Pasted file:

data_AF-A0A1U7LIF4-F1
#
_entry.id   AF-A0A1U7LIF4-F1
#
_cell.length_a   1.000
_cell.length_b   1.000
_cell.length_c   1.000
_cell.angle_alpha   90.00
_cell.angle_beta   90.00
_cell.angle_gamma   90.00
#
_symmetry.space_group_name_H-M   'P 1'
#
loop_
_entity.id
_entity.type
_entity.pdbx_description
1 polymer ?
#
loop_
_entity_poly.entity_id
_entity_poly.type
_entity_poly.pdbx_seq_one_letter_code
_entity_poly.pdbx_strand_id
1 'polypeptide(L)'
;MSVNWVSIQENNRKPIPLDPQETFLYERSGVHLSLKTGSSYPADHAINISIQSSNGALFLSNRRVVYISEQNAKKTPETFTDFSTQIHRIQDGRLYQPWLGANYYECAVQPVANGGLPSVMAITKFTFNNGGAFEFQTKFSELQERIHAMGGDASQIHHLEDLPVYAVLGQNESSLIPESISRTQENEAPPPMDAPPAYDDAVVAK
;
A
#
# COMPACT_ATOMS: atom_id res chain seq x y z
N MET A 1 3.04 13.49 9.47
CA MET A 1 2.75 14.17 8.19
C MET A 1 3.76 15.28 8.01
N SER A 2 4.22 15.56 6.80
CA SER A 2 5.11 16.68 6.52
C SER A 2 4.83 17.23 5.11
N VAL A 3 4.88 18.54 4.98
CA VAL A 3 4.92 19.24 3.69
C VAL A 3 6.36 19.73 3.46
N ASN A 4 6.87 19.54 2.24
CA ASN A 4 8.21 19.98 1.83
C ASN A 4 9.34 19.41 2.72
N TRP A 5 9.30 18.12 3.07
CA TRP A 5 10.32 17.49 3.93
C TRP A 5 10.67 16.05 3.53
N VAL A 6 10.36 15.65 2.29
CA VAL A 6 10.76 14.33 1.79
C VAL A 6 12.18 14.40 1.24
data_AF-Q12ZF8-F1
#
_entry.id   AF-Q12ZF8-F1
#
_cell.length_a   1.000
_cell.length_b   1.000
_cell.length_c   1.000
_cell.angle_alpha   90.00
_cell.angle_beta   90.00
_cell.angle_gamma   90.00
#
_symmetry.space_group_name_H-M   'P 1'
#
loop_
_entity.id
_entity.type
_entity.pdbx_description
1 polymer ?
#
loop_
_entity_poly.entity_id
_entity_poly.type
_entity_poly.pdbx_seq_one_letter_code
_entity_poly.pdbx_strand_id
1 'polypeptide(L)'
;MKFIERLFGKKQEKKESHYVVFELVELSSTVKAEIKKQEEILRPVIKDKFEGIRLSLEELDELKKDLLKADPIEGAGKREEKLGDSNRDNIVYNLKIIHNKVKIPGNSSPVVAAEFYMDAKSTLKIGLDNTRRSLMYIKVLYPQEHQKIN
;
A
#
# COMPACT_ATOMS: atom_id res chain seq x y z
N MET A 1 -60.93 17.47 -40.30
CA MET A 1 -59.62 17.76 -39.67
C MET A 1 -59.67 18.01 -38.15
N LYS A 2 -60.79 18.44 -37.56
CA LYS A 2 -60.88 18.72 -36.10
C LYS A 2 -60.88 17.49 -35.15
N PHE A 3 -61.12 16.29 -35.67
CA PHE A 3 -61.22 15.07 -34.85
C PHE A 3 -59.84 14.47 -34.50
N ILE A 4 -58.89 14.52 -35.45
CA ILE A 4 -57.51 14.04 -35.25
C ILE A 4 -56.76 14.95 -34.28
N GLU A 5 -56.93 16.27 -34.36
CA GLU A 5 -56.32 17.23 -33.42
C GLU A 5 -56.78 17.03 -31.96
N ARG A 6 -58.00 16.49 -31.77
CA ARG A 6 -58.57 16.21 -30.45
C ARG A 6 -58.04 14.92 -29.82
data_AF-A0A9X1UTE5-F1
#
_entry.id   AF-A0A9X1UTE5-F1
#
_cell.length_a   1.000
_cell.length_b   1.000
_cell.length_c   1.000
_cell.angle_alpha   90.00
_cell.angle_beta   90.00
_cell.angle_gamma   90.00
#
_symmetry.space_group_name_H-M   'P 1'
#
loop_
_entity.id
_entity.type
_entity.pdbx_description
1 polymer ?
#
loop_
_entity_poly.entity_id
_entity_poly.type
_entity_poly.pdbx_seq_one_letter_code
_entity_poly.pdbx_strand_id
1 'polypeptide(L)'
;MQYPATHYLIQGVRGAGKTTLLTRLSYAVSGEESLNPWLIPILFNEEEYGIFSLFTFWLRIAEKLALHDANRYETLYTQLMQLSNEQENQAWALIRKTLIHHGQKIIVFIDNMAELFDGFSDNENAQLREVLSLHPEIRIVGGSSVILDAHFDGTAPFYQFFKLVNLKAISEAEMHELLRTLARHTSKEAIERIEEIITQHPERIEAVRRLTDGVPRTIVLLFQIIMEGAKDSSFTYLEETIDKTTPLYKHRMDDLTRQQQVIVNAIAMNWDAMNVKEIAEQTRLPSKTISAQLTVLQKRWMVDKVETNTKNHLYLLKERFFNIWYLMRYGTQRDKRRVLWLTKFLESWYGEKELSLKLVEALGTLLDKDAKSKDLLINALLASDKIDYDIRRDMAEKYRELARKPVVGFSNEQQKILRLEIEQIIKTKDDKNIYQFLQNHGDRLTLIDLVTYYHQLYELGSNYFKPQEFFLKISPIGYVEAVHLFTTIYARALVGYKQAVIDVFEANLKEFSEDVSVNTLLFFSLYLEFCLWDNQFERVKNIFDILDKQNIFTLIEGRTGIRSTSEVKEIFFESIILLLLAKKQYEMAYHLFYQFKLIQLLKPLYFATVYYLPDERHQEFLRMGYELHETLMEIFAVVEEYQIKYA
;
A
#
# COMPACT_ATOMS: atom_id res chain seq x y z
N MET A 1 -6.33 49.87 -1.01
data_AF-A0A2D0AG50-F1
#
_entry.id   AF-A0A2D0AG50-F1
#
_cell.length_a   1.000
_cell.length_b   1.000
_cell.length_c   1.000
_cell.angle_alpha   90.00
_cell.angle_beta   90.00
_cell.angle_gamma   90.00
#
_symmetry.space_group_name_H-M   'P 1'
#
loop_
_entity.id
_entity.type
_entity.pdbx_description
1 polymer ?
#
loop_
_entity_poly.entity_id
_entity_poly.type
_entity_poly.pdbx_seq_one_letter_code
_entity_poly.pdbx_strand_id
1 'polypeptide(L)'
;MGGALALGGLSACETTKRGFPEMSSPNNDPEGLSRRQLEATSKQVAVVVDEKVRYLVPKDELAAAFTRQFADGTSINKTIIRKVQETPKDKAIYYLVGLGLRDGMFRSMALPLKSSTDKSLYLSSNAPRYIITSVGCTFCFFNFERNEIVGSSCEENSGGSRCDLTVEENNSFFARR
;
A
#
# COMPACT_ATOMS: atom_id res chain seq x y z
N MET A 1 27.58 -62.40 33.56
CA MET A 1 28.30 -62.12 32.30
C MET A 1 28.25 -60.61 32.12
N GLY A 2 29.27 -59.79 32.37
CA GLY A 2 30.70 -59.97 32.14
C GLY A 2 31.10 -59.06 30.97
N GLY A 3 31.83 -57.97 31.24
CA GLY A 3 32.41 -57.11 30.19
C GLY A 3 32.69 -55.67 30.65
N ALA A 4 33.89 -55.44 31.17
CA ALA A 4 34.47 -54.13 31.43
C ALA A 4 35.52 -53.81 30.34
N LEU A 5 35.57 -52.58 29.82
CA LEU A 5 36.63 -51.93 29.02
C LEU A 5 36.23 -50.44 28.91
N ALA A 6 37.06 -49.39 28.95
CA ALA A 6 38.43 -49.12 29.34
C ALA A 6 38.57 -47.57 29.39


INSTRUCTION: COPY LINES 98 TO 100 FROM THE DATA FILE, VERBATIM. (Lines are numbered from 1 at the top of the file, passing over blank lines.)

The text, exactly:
#
_entry.id   AF-A0A9X1UTE5-F1
#